What you have to remember about kids is that there are many different kinds of learners. Some need to touch and feel, some need to see things written down, some need to hear and some need all three. When you design an experiment, try to include all three areas so each and every student is involved, feels there is something for them in the exercise and can understand what is going on.
Air is amazing stuff, but we cannot see it so how do you explain to a bunch of high school students about its power, its contents, its importance and how it affects everything? How do you explain that although we cannot see it, air is a mix of different gases, may contain particles so tiny you need and electron microscope to see them and that you cannot tell whether air is good or bad simply by smelling it because even toxic gases can be disguised?
Well, explain the above for a start. Make them realise air is not just stuff we breathe but that different places have different air. Caves, roofs, jungles, beaches, all these places will have different things in the air due to the location and outside effects.
Show them how plants respire, just like us. Put a diagram on the board showing the mitochondria and respiration equation in plants. Then, explain also that plants make their own oxygen as a by-product of photosynthesis. Take some plants and pop plastic bags over them. Seal them. Ask the kids what should happen because plants need to breathe? They will say, they will die due to lack of oxygen. Show them the plants a week later, still living and then tell them that Dr Davis Ward discovered this remarkable ability of plants ot survive using air they circulate and oxygenate and this led to the creation of the Wardian case, used to bring plant material on long sea journeys from all over the world. making it possible to get live specimens here in one piece instead of pressed or dried as they were before the 19th century. This allows the kids to relate air to real life and how understanding what is in the air (in this case oxygen) helps them understand processes in plants.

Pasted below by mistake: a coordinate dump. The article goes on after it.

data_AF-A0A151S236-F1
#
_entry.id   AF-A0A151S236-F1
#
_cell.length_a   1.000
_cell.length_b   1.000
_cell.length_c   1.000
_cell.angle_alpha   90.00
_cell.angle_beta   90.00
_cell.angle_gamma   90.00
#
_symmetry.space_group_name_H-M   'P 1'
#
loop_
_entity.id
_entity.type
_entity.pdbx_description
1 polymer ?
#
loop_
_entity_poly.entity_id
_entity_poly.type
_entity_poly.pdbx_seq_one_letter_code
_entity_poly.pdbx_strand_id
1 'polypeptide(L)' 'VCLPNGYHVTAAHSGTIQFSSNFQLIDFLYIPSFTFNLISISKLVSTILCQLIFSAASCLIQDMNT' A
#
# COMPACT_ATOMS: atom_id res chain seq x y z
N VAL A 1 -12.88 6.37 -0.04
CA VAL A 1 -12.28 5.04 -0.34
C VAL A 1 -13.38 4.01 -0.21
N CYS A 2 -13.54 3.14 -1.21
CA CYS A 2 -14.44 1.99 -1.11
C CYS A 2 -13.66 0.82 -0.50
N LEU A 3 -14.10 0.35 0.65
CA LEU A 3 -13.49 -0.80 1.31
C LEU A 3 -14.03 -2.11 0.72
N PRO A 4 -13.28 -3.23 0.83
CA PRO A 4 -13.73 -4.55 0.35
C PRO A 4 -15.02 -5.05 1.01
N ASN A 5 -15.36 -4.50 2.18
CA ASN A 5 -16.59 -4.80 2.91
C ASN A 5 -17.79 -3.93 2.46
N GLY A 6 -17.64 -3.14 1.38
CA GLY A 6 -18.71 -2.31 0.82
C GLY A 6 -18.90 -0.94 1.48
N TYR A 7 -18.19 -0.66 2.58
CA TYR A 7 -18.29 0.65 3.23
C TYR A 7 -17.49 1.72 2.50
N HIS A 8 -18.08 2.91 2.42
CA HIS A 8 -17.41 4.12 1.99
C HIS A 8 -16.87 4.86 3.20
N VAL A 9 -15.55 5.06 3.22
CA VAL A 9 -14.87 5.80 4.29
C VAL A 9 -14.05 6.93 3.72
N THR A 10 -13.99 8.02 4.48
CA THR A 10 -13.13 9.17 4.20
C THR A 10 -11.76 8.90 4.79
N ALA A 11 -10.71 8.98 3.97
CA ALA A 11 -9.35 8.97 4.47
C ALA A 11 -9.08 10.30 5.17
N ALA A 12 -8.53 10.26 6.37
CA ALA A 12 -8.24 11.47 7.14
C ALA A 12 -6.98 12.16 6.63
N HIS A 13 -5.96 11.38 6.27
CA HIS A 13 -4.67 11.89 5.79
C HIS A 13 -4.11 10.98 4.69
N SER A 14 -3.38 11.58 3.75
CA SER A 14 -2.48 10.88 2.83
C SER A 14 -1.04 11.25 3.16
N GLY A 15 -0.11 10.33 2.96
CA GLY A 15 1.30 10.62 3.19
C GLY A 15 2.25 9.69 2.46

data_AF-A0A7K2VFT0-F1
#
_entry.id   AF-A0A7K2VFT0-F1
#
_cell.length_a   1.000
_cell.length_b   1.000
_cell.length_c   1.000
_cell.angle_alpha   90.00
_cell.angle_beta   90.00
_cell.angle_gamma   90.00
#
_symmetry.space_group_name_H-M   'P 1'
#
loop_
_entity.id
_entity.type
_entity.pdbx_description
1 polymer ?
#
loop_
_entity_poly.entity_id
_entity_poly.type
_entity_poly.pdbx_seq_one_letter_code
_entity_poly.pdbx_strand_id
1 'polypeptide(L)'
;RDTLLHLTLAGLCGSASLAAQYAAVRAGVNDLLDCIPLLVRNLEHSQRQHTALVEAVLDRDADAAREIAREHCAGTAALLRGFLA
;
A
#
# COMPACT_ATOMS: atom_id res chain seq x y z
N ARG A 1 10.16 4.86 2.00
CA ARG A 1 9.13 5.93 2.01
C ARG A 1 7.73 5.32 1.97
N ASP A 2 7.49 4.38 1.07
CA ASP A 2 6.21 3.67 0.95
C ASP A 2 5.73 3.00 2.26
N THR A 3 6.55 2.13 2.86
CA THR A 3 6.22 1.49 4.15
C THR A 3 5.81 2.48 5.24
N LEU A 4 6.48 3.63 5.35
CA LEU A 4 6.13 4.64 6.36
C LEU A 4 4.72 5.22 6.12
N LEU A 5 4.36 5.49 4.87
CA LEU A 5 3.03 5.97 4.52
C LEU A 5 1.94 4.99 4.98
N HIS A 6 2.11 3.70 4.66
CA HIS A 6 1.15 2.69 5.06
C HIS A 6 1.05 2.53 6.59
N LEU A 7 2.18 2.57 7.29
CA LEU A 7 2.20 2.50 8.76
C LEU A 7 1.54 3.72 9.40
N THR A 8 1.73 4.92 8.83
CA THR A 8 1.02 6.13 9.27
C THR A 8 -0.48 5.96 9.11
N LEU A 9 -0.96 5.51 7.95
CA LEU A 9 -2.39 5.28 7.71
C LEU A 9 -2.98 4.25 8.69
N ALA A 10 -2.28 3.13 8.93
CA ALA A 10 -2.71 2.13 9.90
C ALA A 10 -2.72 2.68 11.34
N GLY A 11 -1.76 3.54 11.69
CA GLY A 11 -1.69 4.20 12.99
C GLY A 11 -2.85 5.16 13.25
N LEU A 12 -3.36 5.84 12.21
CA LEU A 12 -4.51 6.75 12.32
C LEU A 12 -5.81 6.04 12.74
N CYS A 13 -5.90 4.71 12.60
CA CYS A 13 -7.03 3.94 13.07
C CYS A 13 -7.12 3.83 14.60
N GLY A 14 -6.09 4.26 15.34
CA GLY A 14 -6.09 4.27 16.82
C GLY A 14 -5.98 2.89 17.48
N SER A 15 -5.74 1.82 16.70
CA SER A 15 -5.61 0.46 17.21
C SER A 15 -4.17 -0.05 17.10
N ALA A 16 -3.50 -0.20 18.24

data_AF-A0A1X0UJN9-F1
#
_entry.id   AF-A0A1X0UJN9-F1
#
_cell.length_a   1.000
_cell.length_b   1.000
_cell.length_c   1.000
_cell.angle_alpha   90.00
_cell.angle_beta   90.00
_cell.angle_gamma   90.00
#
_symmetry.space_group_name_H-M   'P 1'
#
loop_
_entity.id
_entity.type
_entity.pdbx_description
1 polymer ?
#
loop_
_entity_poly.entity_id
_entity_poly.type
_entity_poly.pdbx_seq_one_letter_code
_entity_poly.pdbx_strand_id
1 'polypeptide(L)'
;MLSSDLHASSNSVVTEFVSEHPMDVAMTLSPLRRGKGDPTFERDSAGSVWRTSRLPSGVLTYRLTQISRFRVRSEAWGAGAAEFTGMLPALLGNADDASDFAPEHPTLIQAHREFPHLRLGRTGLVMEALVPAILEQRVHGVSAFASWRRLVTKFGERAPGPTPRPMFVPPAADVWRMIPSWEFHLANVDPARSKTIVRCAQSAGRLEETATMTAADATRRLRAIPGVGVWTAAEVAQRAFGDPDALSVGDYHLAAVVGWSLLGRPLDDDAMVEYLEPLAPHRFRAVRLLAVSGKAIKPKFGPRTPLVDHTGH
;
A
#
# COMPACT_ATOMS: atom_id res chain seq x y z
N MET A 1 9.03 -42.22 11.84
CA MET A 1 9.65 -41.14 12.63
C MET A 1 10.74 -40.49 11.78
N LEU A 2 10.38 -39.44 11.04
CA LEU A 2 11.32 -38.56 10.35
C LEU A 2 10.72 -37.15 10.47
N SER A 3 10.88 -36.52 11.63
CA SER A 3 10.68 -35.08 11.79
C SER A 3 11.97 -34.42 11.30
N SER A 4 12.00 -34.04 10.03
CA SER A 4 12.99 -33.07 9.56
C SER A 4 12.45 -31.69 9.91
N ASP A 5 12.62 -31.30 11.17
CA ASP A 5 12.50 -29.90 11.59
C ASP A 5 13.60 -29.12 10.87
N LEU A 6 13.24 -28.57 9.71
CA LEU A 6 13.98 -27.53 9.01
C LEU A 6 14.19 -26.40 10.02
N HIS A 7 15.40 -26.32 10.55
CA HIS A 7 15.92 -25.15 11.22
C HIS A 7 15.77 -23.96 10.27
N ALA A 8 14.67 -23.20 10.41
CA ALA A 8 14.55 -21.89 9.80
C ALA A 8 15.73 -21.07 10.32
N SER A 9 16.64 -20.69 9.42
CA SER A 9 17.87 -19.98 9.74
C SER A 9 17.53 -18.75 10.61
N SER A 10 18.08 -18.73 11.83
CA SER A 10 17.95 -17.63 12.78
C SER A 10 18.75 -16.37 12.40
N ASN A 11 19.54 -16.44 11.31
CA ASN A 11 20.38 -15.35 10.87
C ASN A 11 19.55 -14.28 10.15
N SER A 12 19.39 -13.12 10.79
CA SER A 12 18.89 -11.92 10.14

Also, get hold of a pop air gun – one of those amazing toys which shoots a blast of air. Get a student to stand at the 10 m line and ‘shoot’ them with the air. They will feel the blast as it hits them – they are popular toys in the UK! That is air under pressure and shows the students just how powerful air can be.
Put a piece of bread into a container and seal it. Ask the students what might happen. Tell them no air can get in or out. Most will say nothing will happen. A week later show them the bread. It will be covered in mould, proving that in the air in the container there were spores of mould which have now grown on the bread.
Air is used to move particles too. Break open an onion about 5 feet from the group. Ask them if they can smell it. Why is this? It must be because the air carries particles from the onion to their noses.
Teaching about air can lead to other learning such as how noses detect particles and the brain responds, how plants photosynthesise to use air and how air movement, even not apparent such as in a class room, is going on all the time. Of course, the power of air can also be discussed with the air pop experiment. However you teach about air, make it interesting, visual and be sure that you can explain it all- the students will ask lots of questions as they consider the wonder that is air!